Why does this line of code ...

mov eax, dword ptr fs:[30h]

... generate this error ...

error A2108: use of register assumed to ERROR

... when, in fact, using FS is allowed by windows ?

aweX <-

P.S.: Windows.inc of MASMv8 is still missing HFILE_ERROR EQU -1
Posted on 2003-02-09 05:27:36 by aweX
assume fs: nothing
Posted on 2003-02-09 07:10:38 by LaptoniC
Thanks very much.

What's the standard assume for fs anyways? fs:code ?
Posted on 2003-02-09 07:19:37 by aweX
assume fs:error - as the message suggests.
Posted on 2003-02-14 13:27:05 by stormix
FYI: The FS is used by Windows differently in user and kernel mode. In kernel mode it points to the KPCR (kernel processor control region) that contains the global info about the current state of all processors in the compluter. In user mode it points to the TEB (Thread Environment Block) that contains info about the currently running thread. Both structures are almost undocumented and differs on 9x and NTs.

I restored these structures for Win 2K, so if you are interested I can send you their description.

Posted on 2003-02-21 22:21:11 by Yury Lukach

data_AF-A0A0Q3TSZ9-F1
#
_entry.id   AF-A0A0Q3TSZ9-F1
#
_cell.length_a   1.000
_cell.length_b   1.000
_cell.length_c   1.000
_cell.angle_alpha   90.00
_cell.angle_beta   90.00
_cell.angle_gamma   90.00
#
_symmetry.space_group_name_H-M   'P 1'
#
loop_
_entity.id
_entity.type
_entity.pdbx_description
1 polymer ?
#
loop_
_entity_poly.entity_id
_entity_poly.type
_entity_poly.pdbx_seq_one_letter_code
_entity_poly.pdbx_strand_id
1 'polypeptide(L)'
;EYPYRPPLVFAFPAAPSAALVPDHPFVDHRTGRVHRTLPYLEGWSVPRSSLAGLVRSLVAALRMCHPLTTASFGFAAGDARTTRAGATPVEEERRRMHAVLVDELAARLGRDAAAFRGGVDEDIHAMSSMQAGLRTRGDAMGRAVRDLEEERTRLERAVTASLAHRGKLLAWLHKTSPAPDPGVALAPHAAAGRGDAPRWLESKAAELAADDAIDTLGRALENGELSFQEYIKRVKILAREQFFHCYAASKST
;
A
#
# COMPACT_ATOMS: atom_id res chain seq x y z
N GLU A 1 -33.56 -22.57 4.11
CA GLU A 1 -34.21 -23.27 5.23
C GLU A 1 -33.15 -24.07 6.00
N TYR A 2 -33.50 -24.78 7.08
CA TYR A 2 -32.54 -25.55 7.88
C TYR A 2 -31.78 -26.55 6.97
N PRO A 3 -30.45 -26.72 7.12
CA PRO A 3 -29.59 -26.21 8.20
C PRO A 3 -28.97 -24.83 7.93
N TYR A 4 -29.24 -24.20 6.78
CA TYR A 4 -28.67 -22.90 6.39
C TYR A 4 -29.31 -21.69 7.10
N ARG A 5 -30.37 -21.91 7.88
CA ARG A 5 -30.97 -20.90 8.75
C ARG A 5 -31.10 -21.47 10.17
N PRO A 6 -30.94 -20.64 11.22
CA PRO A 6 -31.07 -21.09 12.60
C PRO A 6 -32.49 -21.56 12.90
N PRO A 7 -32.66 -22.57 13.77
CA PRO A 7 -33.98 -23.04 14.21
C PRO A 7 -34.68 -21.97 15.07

I restored these structures for Win 2K, so if you are interested I can send you their description.
Why not post it here? It's surely of general interest.
Posted on 2003-02-22 03:03:44 by Maverick
Here is a very raw version of my "Through The Window Glass" project that will describe Windows NT kernel. Currently I've restored internal structures of the Win 2k kernel. Almost all of them were extracted from the Microsoft official symbol files and so are authentical. The rare exceptions are marked in my headers as "Non-MS".

This archive also contains the kernel function prototypes but this work have started
only some days ago...

Posted on 2003-02-22 23:31:13 by Yury Lukach
Nice work, Yuri.

I found out that there's an explanation of the Thread Information Block (fs:)
by Matt Pietrek: http://www.microsoft.com/msj/archive/s2ce.htm
Includes header file and example source. This guy rules ...

"Let's say that you've written the world's coolest exception handler.
When something bad happens, your handler diagnoses the problem,
logs relevant details, solves world hunger, and cancels the mind-numbing
weekly staff meeting.
- Matt Pietrek in "New Vectored Exception Handling in Windows XP"

aweX <-
Posted on 2003-02-24 00:00:45 by aweX